If you haven’t had a chance yet, please check out my Amazon page and consider ordering the Kindle or Paperback version (or both!) of Yeshiva Girl. And if you feel called to write a review of the book on Amazon, or anywhere else, I’d be honored.

Yeshiva Girl is about a Jewish girl on Long Island named Izzy. Her father has been accused of inappropriate sexual behavior with one of his students, which he denies, but Izzy implicitly believes is true. Izzy’s father decides to send her to a co-ed Orthodox yeshiva for tenth grade, out of the blue, as if she’s the one who needs to be fixed. Izzy, in pain and looking for people she can trust, finds that religious people are much more complicated than she had expected. Some, like her father, may use religion as a place to hide, but others search for and find comfort, and community, and even enlightenment. The question is, what will Izzy find?

yeshiva girl with dogs

 

Book Promotion Ideas

 

A local book store is putting together a multi-author event, and they invited me to promote Yeshiva Girl, so I’m starting to feel the panic attacks coming on. The fact that I actually worked up the nerve to promote the book on the blog is light years ahead of what I could have managed even a year ago, so I may be expecting too much of myself. I’ve been inching towards a set of notes for a few different talks about the book: one on Orthodox Judaism, one about incest, one about self-publishing, etc., so that if I get the opportunity I may even have the nerve to go forward.

grumpy cricket

Cricket is skeptical.

When I was watching the Golden Globes recently (mostly fast-forwarding through it, but still), I had a few moments of wondering who I would want to direct the movie version of Yeshiva Girl, and how it would be cast, and if I’d be able to work on the screenplay, and where I could fit in the musical numbers. For a long time, along with assuming that I would be published right away, I took it for granted that my books would be made into movies, or TV shows. I had the guy from The Sopranos, James Gandolfini, in mind to play the father, until he died a few years back. And I kept my eye out for a young actress who could possibly play Izzy, without remaking her into a supermodel. I didn’t really think about the difficulties of making a novel about incest into a Hollywood movie, I mean, look at the stories Steven Sondheim has made into Broadway musicals!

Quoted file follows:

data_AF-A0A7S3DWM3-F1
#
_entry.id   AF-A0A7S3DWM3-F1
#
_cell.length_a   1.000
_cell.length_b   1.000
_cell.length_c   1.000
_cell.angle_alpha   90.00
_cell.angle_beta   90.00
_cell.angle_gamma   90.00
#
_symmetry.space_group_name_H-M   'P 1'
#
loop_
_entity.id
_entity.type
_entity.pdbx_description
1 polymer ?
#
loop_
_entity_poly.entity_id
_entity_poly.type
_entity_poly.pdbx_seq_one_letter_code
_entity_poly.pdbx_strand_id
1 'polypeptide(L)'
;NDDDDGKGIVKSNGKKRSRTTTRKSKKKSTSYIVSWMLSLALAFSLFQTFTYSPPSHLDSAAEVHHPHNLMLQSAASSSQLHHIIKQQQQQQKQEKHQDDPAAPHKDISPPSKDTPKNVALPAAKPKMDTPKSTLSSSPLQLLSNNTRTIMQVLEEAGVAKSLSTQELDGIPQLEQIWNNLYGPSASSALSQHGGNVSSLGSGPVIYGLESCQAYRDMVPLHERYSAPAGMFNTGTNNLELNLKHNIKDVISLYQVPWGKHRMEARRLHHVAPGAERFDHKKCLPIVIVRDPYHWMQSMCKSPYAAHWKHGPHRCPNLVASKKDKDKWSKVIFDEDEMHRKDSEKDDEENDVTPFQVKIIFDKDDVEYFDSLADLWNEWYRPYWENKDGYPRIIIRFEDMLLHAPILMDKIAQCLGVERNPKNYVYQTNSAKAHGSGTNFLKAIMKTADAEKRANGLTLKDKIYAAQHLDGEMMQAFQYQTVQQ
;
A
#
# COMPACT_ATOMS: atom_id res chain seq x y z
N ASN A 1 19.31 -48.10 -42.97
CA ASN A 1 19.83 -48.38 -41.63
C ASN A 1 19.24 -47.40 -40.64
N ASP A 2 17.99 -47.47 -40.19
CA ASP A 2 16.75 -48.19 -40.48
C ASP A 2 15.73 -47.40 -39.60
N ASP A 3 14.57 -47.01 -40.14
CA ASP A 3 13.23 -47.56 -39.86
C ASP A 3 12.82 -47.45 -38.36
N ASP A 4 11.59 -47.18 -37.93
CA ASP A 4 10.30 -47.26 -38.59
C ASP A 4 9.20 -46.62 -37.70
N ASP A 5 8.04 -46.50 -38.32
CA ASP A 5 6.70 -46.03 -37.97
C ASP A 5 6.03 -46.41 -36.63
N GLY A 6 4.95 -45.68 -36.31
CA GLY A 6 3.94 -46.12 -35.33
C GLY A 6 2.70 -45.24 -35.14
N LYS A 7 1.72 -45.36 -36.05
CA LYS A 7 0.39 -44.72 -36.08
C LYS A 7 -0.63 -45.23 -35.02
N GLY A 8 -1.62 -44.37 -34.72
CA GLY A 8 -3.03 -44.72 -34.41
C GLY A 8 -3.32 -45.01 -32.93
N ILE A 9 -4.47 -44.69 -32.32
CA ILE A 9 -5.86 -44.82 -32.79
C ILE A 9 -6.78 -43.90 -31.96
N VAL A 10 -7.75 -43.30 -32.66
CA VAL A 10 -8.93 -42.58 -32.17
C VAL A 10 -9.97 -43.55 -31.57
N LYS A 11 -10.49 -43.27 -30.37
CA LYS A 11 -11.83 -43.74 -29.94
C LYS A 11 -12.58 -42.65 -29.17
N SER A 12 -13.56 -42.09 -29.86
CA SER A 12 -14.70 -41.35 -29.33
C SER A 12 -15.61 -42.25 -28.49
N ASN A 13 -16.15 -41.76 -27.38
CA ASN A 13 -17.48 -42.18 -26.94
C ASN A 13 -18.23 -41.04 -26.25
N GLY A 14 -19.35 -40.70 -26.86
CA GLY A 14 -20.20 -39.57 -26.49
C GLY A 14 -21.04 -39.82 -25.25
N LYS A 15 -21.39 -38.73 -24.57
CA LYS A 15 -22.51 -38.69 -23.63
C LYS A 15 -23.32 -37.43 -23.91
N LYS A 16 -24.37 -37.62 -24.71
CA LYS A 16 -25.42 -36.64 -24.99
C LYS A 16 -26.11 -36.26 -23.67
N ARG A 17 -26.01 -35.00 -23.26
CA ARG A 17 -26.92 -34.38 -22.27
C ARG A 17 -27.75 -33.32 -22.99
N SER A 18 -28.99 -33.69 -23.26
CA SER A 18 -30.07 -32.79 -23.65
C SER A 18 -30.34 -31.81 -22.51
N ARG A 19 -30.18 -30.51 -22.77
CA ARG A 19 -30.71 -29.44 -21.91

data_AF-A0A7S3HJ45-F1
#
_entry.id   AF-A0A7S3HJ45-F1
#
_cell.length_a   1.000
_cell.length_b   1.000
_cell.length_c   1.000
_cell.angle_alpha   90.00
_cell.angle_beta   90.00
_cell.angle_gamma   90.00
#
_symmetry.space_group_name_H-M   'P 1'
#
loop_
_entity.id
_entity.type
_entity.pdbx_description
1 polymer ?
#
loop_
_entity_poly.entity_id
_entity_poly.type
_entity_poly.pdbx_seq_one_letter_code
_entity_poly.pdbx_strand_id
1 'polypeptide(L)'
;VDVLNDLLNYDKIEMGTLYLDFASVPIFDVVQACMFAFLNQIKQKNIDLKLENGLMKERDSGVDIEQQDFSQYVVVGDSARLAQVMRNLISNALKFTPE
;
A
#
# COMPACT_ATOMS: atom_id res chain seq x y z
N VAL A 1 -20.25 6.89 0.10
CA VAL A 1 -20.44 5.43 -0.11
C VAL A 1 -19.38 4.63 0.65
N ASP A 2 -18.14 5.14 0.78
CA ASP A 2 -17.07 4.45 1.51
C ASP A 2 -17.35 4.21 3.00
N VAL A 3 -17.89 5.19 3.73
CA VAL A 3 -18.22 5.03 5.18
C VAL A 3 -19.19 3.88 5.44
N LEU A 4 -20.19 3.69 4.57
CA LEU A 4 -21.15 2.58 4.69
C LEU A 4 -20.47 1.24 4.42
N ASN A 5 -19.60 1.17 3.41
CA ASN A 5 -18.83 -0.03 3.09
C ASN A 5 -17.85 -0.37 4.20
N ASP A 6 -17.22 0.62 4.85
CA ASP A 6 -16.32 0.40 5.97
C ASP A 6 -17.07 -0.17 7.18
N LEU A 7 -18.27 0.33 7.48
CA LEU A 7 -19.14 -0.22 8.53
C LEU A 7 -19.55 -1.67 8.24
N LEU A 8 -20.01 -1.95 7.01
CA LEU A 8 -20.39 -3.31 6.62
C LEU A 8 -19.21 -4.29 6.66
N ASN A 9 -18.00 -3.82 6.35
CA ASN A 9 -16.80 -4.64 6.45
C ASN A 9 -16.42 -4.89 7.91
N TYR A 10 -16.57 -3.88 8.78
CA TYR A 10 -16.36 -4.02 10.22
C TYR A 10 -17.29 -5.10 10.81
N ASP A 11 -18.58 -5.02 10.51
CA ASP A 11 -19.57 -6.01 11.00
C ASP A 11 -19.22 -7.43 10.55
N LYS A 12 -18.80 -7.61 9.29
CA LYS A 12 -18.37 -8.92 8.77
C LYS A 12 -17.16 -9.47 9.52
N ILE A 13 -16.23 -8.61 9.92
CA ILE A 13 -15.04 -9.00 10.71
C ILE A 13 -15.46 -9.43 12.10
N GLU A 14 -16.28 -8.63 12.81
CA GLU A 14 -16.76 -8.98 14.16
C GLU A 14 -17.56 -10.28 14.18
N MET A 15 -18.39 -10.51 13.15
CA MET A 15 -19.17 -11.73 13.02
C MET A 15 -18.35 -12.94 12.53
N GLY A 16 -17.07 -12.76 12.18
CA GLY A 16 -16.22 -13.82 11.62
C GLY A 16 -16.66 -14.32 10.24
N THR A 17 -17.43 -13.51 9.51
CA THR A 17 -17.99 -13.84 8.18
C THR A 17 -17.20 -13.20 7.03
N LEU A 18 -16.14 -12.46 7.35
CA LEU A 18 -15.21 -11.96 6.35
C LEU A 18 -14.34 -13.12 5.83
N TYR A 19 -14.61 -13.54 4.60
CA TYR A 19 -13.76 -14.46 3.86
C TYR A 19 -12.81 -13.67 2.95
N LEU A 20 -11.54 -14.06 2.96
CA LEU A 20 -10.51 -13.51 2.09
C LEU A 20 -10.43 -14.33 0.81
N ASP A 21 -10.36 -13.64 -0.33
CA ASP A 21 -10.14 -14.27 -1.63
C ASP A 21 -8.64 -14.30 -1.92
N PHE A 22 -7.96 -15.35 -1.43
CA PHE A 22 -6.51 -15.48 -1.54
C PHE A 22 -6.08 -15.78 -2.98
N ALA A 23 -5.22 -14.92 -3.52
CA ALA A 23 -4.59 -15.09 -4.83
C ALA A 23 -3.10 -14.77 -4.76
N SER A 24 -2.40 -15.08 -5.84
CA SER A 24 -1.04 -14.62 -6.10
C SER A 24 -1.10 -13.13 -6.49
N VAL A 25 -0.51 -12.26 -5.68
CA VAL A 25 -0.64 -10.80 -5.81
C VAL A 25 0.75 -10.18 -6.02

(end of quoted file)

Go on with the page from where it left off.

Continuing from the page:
Another thing I’ve had in mind for a long time was to do a book tour where I would focus on listening to other people’s stories of child abuse, almost like a travelling version of the Shoah Foundation, which has taken testimony from every Holocaust survivor who has been willing to speak. It would be like having pop up MeToo meetings all over the world, with my book as the excuse for us to get together.

Sometimes I think about doing an audiobook version of the book, but it scares me too much for now. Everything scares me too much at this point. I really should look into getting Ellie certified as an emotional support dog, so that she can come with me to scary events, and maybe even do the presentation herself. I think she’d sell a lot of books!

001

“I can do it!”

If you haven’t had a chance yet, please check out my Amazon page and consider ordering the Kindle or Paperback version (or both!) of Yeshiva Girl.

YG with Cricket

Yeshiva Girl is about a Jewish girl on Long Island named Izzy (short for Isabel). Her father has been accused of inappropriate sexual behavior with one of his students, which he denies, but Izzy implicitly believes that it’s true. Izzy’s father decides to send her to an Orthodox yeshiva for tenth grade, out of the blue, as if she’s the one who needs to be fixed. Izzy, in pain, smart, funny, and looking for people she can trust, finds that religious people are much more complicated than she had expected. Some, like her father, may use religion as a place to hide, but others search for and find comfort, and community, and even enlightenment.

(p.s. if you’re going to be on the North Shore of Long Island on Saturday March 9th, I’ll be at The Dolphin Bookstore, in Port Washington, between two and four in the afternoon. I’ll post again about this closer to the event.)

me and the girls

“Eek!”